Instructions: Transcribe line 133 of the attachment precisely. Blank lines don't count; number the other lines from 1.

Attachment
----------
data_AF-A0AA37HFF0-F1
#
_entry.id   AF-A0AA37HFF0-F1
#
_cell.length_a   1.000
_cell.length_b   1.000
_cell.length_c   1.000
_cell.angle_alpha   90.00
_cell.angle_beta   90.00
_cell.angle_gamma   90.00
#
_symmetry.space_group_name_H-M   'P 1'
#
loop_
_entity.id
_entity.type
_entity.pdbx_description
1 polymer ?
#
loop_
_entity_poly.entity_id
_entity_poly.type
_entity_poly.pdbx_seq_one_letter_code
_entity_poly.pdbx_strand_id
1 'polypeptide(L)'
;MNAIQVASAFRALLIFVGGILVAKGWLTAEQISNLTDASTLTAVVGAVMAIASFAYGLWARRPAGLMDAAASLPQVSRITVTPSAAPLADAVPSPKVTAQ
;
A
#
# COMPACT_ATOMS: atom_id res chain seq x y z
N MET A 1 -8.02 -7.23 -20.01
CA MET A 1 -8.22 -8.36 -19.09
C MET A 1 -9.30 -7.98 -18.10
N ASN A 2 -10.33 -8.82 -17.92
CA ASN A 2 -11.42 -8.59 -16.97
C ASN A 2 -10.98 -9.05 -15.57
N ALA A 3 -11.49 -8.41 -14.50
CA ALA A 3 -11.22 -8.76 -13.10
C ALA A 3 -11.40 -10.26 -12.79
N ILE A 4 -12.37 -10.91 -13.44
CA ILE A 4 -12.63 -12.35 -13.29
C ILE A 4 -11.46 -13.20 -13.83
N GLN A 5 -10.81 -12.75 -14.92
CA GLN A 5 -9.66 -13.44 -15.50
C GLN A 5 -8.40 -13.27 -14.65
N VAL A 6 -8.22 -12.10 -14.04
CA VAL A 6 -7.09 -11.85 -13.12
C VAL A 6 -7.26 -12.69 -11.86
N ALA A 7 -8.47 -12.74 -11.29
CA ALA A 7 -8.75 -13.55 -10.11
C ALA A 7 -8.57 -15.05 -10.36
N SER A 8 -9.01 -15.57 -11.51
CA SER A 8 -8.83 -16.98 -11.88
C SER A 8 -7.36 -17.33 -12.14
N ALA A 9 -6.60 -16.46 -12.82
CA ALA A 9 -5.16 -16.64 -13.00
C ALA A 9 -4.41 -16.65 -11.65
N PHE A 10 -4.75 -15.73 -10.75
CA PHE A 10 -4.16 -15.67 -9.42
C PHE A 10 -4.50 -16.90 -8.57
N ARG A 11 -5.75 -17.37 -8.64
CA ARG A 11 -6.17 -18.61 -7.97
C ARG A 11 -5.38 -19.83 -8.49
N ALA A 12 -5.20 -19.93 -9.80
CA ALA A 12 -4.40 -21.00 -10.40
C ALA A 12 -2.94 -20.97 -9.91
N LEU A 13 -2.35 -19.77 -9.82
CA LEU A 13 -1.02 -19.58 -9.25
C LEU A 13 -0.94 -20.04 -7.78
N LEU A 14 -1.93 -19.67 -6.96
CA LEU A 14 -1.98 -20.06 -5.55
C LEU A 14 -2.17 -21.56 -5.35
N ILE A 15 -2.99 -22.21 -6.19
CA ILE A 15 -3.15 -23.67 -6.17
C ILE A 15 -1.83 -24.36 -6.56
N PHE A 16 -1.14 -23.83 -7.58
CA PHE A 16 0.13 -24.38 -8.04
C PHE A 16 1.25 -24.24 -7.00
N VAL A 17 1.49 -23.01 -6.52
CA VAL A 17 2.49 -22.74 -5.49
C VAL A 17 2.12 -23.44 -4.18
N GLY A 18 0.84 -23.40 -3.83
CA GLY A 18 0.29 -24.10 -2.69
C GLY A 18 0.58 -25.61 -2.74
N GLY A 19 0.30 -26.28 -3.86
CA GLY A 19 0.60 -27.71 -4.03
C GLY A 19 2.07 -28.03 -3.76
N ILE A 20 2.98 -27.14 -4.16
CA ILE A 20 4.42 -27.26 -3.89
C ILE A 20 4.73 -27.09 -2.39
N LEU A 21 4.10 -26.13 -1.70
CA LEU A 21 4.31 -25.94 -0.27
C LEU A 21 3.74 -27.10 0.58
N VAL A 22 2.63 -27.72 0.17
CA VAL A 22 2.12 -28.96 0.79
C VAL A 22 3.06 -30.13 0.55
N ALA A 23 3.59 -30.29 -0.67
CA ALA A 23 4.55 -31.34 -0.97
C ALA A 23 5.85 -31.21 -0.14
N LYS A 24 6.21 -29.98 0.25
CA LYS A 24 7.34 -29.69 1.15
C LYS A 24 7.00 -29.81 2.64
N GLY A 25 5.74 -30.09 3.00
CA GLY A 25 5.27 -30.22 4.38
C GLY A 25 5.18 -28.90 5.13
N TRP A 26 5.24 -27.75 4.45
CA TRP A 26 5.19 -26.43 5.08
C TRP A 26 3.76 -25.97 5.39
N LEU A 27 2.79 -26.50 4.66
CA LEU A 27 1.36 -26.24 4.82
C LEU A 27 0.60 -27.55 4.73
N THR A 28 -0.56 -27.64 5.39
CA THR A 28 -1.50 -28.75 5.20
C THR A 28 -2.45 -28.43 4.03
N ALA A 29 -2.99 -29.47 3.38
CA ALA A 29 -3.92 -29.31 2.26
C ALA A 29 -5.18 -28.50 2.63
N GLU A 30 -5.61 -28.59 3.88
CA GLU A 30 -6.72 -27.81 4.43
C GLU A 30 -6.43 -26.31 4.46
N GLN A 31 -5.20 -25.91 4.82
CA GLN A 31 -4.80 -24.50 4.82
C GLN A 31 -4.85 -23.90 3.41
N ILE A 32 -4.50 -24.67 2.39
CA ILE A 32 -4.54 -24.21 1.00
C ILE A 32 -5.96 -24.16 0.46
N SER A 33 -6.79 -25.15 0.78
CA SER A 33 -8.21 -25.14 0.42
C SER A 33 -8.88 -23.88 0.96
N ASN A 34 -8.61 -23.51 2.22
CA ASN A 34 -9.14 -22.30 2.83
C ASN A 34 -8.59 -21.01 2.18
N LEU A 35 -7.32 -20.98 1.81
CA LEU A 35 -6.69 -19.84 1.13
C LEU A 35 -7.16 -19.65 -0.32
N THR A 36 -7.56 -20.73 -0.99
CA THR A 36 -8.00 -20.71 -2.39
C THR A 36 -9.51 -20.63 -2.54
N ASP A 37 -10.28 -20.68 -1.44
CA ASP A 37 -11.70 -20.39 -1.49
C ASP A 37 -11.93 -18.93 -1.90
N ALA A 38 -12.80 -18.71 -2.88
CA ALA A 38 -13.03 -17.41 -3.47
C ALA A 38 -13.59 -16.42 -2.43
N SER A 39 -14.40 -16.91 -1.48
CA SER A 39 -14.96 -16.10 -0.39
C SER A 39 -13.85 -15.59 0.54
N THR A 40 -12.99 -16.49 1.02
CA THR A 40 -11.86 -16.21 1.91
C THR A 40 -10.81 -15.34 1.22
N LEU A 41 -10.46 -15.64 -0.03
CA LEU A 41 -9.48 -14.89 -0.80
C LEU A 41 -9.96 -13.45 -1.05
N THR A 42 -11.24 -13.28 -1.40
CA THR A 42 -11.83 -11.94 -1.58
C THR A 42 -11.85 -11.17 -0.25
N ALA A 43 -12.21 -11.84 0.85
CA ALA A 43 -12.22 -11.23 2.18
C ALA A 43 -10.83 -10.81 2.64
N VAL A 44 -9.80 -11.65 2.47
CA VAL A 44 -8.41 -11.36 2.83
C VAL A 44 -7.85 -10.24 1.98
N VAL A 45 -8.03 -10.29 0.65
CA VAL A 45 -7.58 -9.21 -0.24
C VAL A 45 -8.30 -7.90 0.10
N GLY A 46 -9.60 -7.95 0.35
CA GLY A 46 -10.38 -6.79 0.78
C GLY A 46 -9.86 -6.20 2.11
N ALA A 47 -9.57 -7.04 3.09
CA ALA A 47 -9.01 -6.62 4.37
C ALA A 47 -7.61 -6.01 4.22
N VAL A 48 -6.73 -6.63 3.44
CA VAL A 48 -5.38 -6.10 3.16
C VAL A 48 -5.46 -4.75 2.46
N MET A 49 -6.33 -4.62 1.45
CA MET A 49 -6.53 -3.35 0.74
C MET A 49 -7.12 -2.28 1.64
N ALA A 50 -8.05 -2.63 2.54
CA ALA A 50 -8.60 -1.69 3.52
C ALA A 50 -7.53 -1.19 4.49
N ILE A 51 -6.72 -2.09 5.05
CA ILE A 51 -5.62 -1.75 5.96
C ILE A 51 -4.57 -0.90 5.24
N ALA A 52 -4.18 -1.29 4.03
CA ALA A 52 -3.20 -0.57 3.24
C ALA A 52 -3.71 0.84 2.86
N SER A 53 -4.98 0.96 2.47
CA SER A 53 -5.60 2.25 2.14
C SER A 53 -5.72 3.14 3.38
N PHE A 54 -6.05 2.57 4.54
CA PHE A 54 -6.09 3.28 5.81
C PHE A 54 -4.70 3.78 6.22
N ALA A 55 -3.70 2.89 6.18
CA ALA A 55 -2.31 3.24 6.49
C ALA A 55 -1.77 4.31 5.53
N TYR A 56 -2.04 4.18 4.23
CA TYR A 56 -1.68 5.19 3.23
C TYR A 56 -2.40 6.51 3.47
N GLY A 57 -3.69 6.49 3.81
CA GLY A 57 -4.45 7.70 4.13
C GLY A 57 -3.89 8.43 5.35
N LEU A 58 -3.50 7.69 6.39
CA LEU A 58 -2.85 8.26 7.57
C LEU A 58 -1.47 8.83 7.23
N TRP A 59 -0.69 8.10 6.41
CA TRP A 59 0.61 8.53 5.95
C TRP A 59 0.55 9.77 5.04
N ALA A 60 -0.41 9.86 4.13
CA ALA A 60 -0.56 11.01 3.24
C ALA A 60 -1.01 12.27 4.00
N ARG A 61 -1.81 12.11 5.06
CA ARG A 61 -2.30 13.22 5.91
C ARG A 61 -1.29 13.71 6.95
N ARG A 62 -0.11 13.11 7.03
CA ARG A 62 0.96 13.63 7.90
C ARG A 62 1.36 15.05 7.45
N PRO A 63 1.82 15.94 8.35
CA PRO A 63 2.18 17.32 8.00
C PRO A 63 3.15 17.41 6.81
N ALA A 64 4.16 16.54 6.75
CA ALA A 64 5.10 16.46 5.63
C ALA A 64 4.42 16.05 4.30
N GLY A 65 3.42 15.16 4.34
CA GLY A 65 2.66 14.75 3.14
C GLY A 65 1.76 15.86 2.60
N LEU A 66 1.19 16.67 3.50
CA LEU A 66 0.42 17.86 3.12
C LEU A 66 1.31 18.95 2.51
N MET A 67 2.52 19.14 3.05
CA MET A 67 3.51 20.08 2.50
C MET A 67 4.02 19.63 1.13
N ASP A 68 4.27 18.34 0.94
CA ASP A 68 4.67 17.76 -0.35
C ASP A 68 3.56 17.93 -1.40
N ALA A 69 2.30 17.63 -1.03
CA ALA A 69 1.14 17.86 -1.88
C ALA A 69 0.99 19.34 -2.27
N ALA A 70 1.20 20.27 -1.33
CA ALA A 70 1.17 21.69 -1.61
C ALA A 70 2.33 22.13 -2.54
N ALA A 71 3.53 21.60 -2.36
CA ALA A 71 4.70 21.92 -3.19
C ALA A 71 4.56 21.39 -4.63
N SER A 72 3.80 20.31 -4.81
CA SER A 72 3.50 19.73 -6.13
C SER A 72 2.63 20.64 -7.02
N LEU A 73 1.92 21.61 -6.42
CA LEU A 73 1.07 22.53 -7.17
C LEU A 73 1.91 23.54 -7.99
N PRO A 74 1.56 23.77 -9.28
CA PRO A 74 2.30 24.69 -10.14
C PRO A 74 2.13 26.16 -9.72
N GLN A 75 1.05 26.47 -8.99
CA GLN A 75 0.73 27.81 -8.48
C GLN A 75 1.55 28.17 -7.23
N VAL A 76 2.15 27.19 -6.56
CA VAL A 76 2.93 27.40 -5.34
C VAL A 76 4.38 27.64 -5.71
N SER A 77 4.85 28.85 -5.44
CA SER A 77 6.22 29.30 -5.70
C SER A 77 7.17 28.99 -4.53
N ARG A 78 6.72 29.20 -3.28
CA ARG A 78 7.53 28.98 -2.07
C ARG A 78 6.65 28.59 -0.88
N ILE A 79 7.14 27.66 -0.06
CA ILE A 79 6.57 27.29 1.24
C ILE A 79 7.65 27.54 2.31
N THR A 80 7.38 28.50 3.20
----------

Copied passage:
N LEU A 35 -7.32 -20.98 1.81